Jane Richards, coordinator of the Byrne Avenue Baths project, said: “I’m Birkenhead born and bred and I love these baths. I used them as a child and they hold wonderful memories. They’re well-built and beautiful.  I got involved in this project because I wanted to give something back. This area is hugely neglected with high unemployment, social deprivation but a real sense of community and buoyancy.  There’s a real need for something in this area and the baths provide this.  
  
“There will be opportunities for jobs, volunteering and work experience; sports and health activities giving local people the opportunity of a healthier lifestyle within their own area; along with social events to help reduce social isolation for all ages, including older residents.” 

Community heroes need support

At Locality, we want to see these community heroes properly supported and rebalance the odds in the community’s favour when decisions are being made about our public estate.

So we’re calling for central government to kickstart a new Community Ownership Fund to enable communities to take ownership of local buildings and spaces. If government leads the way, we believe this can create to a co-ordinated pot of £200m per year, bringing together contributions from a range of funders and also drawing in new sources of ‘dormant assets’ - unclaimed pensions, insurance, stocks and shares – that have been identified.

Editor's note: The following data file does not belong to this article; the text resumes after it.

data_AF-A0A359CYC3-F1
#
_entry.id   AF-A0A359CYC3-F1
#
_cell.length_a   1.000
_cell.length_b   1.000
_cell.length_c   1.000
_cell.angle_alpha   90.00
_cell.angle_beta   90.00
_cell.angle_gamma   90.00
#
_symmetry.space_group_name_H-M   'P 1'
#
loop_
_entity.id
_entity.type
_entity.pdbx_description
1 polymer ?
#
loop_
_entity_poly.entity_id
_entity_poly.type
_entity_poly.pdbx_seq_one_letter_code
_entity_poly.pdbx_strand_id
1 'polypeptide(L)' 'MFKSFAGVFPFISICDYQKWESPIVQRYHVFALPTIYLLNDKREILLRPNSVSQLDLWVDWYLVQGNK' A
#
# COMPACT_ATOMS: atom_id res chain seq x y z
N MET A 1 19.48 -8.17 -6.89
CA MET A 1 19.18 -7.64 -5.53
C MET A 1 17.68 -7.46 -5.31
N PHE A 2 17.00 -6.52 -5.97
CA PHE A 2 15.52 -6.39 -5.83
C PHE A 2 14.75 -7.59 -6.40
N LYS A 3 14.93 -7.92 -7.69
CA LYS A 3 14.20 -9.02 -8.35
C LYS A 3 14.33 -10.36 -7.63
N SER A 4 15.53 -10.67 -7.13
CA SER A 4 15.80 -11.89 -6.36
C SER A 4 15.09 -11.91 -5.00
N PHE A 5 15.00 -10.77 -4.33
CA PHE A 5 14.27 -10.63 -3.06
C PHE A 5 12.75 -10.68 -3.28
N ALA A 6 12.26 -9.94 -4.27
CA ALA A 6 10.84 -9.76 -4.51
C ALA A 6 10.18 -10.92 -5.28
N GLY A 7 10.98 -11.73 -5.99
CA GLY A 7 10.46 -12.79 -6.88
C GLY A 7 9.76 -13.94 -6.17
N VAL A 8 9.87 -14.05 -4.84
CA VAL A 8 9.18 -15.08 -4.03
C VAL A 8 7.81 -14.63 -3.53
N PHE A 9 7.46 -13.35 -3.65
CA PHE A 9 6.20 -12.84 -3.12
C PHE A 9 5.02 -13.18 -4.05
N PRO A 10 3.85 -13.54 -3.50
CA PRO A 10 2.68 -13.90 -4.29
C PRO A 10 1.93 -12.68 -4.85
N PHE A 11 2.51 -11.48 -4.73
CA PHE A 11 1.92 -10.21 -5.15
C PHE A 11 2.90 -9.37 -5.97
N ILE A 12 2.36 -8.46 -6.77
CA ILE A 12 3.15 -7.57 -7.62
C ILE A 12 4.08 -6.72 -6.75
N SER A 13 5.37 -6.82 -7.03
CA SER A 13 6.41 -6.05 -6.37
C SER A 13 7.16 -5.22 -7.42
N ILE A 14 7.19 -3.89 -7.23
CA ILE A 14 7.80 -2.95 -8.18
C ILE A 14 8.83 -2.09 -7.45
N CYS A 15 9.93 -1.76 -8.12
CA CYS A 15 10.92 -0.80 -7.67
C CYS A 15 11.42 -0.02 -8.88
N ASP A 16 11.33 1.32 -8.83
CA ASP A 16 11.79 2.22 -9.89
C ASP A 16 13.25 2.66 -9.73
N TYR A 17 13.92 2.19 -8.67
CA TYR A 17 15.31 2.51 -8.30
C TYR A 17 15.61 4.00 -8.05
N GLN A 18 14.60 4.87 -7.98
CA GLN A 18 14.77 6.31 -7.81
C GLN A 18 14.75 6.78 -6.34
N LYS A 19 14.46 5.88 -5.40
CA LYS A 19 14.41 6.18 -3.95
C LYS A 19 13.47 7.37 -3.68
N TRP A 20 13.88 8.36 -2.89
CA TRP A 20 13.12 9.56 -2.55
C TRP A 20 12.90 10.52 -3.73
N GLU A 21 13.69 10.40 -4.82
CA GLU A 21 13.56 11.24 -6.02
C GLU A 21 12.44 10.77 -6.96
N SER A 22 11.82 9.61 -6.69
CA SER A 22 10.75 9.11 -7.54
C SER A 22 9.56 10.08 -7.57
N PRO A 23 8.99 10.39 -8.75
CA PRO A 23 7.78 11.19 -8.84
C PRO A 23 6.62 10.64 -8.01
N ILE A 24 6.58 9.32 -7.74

We’re also calling on local authorities to put strategies in place to consider potential community benefit, rather than simply thinking about short-term profit. Our FOI revealed a worrying lack of foresight and long-term planning, with fewer than half of councils (41 per cent ) currently having a strategy to support community ownership.

Margaret Mead’s famous quotes encourages us to “never doubt that a small group of thoughtful, committed citizens can change the world; indeed, it’s the only thing that ever has.” We see this at Locality every day, with many hundreds of local community groups stepping up and fighting for community ownership. But they urgently need support and help with start-up costs if they are to compete with the commercial developers. 

That’s why we need central government, funders and local government to work together to give our communities a helping hand. 

Charities play a vital role

And it’s why we need as many people as possible to support our ‘Save our Spaces’ campaign. Charities play a vital role in protecting these spaces - they are the ones that usually step in and take on community ownership. Their governance means they meet the criteria for councils to transfer ownership - they have community needs at the heart. And we know that for those local community organisations that take on these spaces it can mean greater financial sustainability and capacity to adapt to an ever changing funding environment. And these spaces offer vital hubs for local people that they exist to support.  

That's why we are asking the charity sector to consider the opportunity of taking on community ownership of an asset under threat. Locality is here to advise and support you.  

Be part of the campaign to protect our public buildings and spaces. For all of us. Forever. To find out more or support the campaign visit our website.  

For more news, interviews, opinion and analysis about charities and the voluntary sector sign up to receive the Civil Society News daily bulletin here